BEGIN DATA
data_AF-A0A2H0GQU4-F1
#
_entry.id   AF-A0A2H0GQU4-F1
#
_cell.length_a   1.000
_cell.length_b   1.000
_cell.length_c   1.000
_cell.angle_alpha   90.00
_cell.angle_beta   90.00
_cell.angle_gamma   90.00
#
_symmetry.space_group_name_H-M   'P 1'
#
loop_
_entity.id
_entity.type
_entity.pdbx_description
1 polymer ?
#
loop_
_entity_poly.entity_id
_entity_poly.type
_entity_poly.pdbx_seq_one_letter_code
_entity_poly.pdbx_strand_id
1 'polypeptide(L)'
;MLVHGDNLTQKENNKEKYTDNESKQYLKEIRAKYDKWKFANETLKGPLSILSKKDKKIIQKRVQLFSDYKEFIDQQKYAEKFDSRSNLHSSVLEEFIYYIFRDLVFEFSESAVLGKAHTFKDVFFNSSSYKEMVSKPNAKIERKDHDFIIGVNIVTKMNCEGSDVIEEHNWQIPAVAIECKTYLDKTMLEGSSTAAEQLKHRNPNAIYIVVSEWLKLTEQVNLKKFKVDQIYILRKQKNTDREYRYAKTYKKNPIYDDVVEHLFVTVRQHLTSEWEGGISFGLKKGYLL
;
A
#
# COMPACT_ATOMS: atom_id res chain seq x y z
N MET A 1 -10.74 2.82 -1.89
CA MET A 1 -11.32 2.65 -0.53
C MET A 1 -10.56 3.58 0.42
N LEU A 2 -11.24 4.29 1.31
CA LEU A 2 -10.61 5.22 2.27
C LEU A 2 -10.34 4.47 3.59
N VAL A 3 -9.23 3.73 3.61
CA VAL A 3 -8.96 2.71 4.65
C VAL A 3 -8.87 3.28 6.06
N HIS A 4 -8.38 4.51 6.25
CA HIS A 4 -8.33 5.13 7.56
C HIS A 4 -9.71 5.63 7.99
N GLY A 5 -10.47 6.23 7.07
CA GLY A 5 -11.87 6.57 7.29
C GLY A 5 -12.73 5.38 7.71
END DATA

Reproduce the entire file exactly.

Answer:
data_AF-A0A2H0GQU4-F1
#
_entry.id   AF-A0A2H0GQU4-F1
#
_cell.length_a   1.000
_cell.length_b   1.000
_cell.length_c   1.000
_cell.angle_alpha   90.00
_cell.angle_beta   90.00
_cell.angle_gamma   90.00
#
_symmetry.space_group_name_H-M   'P 1'
#
loop_
_entity.id
_entity.type
_entity.pdbx_description
1 polymer ?
#
loop_
_entity_poly.entity_id
_entity_poly.type
_entity_poly.pdbx_seq_one_letter_code
_entity_poly.pdbx_strand_id
1 'polypeptide(L)'
;MLVHGDNLTQKENNKEKYTDNESKQYLKEIRAKYDKWKFANETLKGPLSILSKKDKKIIQKRVQLFSDYKEFIDQQKYAEKFDSRSNLHSSVLEEFIYYIFRDLVFEFSESAVLGKAHTFKDVFFNSSSYKEMVSKPNAKIERKDHDFIIGVNIVTKMNCEGSDVIEEHNWQIPAVAIECKTYLDKTMLEGSSTAAEQLKHRNPNAIYIVVSEWLKLTEQVNLKKFKVDQIYILRKQKNTDREYRYAKTYKKNPIYDDVVEHLFVTVRQHLTSEWEGGISFGLKKGYLL
;
A
#
# COMPACT_ATOMS: atom_id res chain seq x y z
N MET A 1 -10.74 2.82 -1.89
CA MET A 1 -11.32 2.65 -0.53
C MET A 1 -10.56 3.58 0.42
N LEU A 2 -11.24 4.29 1.31
CA LEU A 2 -10.61 5.22 2.27
C LEU A 2 -10.34 4.47 3.59
N VAL A 3 -9.23 3.73 3.61
CA VAL A 3 -8.96 2.71 4.65
C VAL A 3 -8.87 3.28 6.06
N HIS A 4 -8.38 4.51 6.25
CA HIS A 4 -8.33 5.13 7.56
C HIS A 4 -9.71 5.63 7.99
N GLY A 5 -10.47 6.23 7.07
CA GLY A 5 -11.87 6.57 7.29
C GLY A 5 -12.73 5.38 7.71